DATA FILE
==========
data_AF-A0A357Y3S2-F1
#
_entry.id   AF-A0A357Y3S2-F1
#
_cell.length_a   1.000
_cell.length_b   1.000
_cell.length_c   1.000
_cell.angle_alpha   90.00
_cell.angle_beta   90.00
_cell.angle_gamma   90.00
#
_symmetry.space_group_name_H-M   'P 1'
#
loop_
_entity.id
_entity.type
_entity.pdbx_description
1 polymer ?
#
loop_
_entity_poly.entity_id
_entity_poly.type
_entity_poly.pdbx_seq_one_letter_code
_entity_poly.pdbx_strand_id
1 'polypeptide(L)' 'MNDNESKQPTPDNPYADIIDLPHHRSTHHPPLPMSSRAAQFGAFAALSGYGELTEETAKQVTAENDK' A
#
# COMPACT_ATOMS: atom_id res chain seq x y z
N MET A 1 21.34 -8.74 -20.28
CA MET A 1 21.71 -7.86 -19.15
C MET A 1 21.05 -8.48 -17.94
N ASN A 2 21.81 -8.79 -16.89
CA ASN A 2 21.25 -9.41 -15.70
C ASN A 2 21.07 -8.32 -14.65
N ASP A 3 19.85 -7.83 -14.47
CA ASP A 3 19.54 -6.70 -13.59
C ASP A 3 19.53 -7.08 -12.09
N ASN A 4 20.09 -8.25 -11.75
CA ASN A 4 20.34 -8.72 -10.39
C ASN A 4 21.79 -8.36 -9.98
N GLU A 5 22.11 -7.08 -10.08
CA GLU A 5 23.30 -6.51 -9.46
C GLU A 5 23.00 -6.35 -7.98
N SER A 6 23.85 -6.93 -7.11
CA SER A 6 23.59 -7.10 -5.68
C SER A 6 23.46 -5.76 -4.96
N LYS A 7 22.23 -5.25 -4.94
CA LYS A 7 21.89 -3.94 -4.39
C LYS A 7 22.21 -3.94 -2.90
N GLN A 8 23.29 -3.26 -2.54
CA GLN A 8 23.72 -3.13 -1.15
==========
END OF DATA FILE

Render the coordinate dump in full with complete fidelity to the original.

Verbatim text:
data_AF-A0A357Y3S2-F1
#
_entry.id   AF-A0A357Y3S2-F1
#
_cell.length_a   1.000
_cell.length_b   1.000
_cell.length_c   1.000
_cell.angle_alpha   90.00
_cell.angle_beta   90.00
_cell.angle_gamma   90.00
#
_symmetry.space_group_name_H-M   'P 1'
#
loop_
_entity.id
_entity.type
_entity.pdbx_description
1 polymer ?
#
loop_
_entity_poly.entity_id
_entity_poly.type
_entity_poly.pdbx_seq_one_letter_code
_entity_poly.pdbx_strand_id
1 'polypeptide(L)' 'MNDNESKQPTPDNPYADIIDLPHHRSTHHPPLPMSSRAAQFGAFAALSGYGELTEETAKQVTAENDK' A
#
# COMPACT_ATOMS: atom_id res chain seq x y z
N MET A 1 21.34 -8.74 -20.28
CA MET A 1 21.71 -7.86 -19.15
C MET A 1 21.05 -8.48 -17.94
N ASN A 2 21.81 -8.79 -16.89
CA ASN A 2 21.25 -9.41 -15.70
C ASN A 2 21.07 -8.32 -14.65
N ASP A 3 19.85 -7.83 -14.47
CA ASP A 3 19.54 -6.70 -13.59
C ASP A 3 19.53 -7.08 -12.09
N ASN A 4 20.09 -8.25 -11.75
CA ASN A 4 20.34 -8.72 -10.39
C ASN A 4 21.79 -8.36 -9.98
N GLU A 5 22.11 -7.08 -10.08
CA GLU A 5 23.30 -6.51 -9.46
C GLU A 5 23.00 -6.35 -7.98
N SER A 6 23.85 -6.93 -7.11
CA SER A 6 23.59 -7.10 -5.68
C SER A 6 23.46 -5.76 -4.96
N LYS A 7 22.23 -5.25 -4.94
CA LYS A 7 21.89 -3.94 -4.39
C LYS A 7 22.21 -3.94 -2.90
N GLN A 8 23.29 -3.26 -2.54
CA GLN A 8 23.72 -3.13 -1.15